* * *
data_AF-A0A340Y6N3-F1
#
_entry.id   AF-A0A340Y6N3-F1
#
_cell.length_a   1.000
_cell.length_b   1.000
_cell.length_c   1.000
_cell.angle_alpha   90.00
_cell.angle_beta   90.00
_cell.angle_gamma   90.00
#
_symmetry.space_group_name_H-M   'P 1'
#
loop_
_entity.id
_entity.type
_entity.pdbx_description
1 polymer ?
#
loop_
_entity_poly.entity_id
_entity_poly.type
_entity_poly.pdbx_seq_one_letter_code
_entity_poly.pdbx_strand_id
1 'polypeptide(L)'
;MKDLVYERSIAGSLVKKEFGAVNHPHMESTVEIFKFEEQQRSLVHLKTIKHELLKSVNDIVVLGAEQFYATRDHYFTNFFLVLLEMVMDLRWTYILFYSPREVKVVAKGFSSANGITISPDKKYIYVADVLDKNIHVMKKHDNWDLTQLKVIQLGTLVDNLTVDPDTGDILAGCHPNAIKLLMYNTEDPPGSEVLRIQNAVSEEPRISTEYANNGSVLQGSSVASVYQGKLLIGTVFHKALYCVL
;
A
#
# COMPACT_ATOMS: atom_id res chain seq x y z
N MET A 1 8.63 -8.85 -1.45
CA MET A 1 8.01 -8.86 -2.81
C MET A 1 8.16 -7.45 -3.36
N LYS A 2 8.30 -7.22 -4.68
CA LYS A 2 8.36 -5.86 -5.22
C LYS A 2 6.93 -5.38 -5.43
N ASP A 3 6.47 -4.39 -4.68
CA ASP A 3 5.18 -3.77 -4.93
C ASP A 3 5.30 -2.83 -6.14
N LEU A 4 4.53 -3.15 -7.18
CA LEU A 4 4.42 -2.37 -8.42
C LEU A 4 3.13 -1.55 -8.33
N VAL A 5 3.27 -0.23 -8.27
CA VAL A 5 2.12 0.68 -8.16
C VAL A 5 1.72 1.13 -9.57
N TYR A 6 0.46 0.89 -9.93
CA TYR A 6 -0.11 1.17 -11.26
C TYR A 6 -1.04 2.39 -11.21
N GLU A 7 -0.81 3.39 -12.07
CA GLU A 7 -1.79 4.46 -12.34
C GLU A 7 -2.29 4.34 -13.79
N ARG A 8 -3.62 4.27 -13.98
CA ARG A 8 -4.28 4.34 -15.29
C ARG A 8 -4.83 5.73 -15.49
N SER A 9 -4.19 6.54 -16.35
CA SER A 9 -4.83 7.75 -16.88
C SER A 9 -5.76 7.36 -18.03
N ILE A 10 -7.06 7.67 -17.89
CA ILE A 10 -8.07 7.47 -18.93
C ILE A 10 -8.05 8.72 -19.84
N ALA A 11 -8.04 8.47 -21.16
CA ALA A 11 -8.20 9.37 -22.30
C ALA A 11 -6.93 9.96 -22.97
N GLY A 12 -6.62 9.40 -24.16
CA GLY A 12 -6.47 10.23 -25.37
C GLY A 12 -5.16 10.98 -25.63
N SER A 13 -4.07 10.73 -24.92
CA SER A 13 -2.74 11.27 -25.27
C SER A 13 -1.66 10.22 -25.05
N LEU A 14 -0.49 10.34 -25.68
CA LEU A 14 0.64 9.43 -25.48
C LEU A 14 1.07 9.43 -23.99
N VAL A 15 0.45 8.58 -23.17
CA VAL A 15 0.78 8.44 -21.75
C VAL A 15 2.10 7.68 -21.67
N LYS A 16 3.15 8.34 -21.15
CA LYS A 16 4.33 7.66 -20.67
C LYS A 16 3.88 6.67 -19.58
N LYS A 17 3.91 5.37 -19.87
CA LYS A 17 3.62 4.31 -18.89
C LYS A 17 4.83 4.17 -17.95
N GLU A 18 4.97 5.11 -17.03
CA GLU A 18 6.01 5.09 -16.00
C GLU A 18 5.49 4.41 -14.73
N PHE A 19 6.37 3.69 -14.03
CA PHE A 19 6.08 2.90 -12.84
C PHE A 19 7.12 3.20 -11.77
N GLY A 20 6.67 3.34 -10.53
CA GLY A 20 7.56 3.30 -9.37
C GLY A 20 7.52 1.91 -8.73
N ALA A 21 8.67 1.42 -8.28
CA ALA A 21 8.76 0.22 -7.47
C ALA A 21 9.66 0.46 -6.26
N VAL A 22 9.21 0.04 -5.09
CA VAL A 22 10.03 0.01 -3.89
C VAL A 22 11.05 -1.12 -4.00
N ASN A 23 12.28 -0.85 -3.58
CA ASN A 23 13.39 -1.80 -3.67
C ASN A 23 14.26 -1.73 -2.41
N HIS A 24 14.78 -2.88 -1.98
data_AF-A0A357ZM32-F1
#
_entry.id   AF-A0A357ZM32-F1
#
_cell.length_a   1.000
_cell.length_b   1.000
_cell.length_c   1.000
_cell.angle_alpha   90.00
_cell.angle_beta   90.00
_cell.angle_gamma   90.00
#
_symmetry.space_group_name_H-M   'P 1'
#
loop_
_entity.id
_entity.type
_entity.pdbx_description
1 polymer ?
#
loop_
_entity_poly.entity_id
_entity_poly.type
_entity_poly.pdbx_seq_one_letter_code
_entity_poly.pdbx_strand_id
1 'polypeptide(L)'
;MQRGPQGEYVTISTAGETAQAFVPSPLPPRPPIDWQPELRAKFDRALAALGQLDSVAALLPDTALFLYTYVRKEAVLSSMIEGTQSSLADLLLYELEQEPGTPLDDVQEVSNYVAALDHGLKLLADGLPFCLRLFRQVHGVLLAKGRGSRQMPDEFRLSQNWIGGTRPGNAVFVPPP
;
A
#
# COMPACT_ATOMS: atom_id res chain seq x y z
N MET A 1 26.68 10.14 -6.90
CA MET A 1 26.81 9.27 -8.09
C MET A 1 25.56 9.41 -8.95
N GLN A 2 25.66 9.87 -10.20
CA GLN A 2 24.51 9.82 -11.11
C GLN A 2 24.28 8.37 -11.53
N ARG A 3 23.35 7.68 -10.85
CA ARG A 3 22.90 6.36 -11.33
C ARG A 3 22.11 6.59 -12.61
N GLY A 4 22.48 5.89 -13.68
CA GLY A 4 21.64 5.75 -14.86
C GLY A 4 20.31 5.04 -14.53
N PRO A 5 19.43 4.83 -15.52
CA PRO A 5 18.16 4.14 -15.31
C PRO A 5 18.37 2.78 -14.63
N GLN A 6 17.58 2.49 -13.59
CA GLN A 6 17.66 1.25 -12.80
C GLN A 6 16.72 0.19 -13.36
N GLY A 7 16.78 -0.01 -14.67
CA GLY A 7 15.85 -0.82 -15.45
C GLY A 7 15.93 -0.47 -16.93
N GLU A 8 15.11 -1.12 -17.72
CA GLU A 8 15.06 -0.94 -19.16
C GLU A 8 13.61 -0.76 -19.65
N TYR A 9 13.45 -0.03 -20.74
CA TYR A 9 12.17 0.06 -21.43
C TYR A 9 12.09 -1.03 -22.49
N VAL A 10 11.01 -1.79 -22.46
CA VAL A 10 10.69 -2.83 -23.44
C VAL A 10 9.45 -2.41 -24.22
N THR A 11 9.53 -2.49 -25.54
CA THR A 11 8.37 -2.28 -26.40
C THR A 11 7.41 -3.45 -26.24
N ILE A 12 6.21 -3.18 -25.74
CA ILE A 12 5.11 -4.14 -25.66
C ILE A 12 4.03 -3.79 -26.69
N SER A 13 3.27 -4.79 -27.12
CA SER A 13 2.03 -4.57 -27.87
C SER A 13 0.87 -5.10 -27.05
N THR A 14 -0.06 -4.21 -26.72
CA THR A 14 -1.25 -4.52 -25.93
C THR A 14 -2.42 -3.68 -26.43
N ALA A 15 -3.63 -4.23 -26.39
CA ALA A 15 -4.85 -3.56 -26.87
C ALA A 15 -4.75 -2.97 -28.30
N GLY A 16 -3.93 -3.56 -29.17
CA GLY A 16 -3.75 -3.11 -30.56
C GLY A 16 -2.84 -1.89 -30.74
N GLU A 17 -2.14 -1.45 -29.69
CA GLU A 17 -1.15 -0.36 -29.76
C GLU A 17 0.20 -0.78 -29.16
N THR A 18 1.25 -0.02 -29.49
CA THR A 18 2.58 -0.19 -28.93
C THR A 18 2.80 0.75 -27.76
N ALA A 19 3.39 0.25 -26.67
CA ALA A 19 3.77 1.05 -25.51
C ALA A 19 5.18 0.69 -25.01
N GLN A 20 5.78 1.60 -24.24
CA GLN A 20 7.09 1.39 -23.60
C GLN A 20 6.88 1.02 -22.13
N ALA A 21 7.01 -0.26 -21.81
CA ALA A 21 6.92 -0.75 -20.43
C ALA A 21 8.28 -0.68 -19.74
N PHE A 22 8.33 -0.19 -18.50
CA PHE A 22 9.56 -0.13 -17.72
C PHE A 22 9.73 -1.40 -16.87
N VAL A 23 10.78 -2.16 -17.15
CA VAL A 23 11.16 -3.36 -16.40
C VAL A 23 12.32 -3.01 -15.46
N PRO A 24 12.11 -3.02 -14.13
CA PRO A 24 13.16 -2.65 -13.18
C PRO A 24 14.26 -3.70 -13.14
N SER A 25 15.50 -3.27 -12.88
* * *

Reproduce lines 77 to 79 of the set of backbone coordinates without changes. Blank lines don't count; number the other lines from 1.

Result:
CA LYS A 16 4.33 7.66 -20.67
C LYS A 16 3.88 6.67 -19.58
N LYS A 17 3.91 5.37 -19.87